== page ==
Purpose:

To assess the effect of supramaximal intermittent exercise on long-term cardiac autonomic activity, inferred from heart rate variability (HRV).

Methods:

Eleven healthy males performed a series of two consecutive intermittent 15-s runs at 95% VIFT (i.e., speed reached at the end of the 30-15 Intermittent Fitness Test) interspersed with 15 s of active recovery at 45% VIFT until exhaustion. Beat-to-beat intervals were recorded during two consecutive nights (habituation night and 1st night) before, 10 min before and immediately after exercise, as well as 12 h (2nd night) and 36 h (3rd night) after supramaximal intermittent exercise. The HRV indices were calculated from the last 5 min of resting and recovery periods, and the first 10 min of the first estimated slow wave sleep period.

Results:

Immediate post-supramaximal exercise vagal-related HRV indices were significantly lower than immediate pre-supramaximal exercise values (P < .001). Most vagal-related indices were lower during the 2nd night compared with the 1st night (eg, mean RR intervals, P = .03). Compared with the 2nd night, vagal-related HRV indices were significantly higher during the 3rd night. Variables were not different between the 1st and 3rd nights; however, we noted a tendency (adjusted effect size, aES) for an increased normalized high-frequency component (P = .06 and aES = 0.70) and a tendency toward a decreased low-frequency component (P = .06 and aES = 0.74).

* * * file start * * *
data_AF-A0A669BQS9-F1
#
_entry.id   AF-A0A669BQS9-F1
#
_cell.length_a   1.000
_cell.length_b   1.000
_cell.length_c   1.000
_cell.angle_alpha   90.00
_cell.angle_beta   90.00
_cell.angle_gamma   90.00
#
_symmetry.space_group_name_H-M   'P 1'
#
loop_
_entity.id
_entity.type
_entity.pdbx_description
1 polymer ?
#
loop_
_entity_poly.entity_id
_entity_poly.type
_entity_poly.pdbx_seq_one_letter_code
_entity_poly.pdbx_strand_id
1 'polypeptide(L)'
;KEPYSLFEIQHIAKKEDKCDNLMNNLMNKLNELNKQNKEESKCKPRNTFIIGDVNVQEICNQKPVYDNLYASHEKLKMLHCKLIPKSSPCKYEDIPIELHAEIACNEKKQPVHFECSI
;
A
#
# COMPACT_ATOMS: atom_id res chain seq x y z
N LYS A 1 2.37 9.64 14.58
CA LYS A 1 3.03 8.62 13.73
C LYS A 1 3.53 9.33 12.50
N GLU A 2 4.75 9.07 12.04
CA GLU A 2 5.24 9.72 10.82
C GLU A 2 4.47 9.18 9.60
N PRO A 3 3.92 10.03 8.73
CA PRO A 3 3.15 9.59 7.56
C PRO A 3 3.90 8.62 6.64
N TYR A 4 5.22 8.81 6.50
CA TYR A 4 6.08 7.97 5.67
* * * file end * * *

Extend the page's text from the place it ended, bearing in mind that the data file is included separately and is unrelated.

Conclusion:

Results confirm the strong influence of exercise intensity on short- and long-term post exercise heart rate variability recovery and might help explain the high efficiency of supramaximal training for enhancing indices of cardiorespiratory fitness.

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Julia C. Orri, Elizabeth M. Hughes, Deepa G. Mistry and Antone Scala

in older men and women (71 years), suggesting strong functioning of the sinus node ( Soares-Miranda et al., 2014 ). In the present study, SD1, SD2, SD1/SD2, DFA α1, and TINN were all significantly different from the exercise values during recovery. In addition, the Poincaré ratio (SD1/SD2) and DFA α1

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John Molphy, John W. Dickinson, Neil J. Chester, Mike Loosemore and Gregory Whyte

of perceived exertion values did not differ between trials at any time point during performance (Figure  4 ). Figure 4 —Mean (SD) exercising values for heart rate in (A) women and (B) men. RPE in (C) women and (D) men during each of the 3 trial conditions, placebo, 2 mg inhaled-terbutaline, and 4 mg

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Samuel G. Impey, Kelly M. Hammond, Robert Naughton, Carl Langan-Evans, Sam O. Shepherd, Adam P. Sharples, Jessica Cegielski, Kenneth Smith, Stewart Jeromson, David L. Hamilton, Graeme L. Close and James P. Morton

difference from preexercise, ** p  < .05 significant difference from postexercise, *** p  < .05 significant main effect of condition. In accordance with postexercise CHO intake, insulin increased from pre- and post-exercise values ( p  = .034), although the magnitude of change was not different between

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Philippe Hellard, Robin Pla, Ferran A. Rodríguez, David Simbana and David B. Pyne

validated technique, 4 and the common method used by the French Swimming Federation. However, Chaverri et al 30 showed that this method underestimates exercise values by ∼4.5% in a 200-m trial. It can nevertheless be assumed that the faster V ˙ O 2 off-kinetics after the 100-m swim compared with a 200-m

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Chun-Chih Wang, Brandon Alderman, Chih-Han Wu, Lin Chi, Su-Ru Chen, I-Hua Chu and Yu-Kai Chang

intervals between the exercises. Descriptive data for resistance exercise values are presented in Table  2 . Table 2 Descriptive Data (in pounds) for the Resistance-Exercise Manipulation, M ± SD Variable Men Women Total Leg press 178.25 ± 73.61 137.94 ± 71.66 160.34 ± 74.53 Leg extension 82.50 ± 24.89 66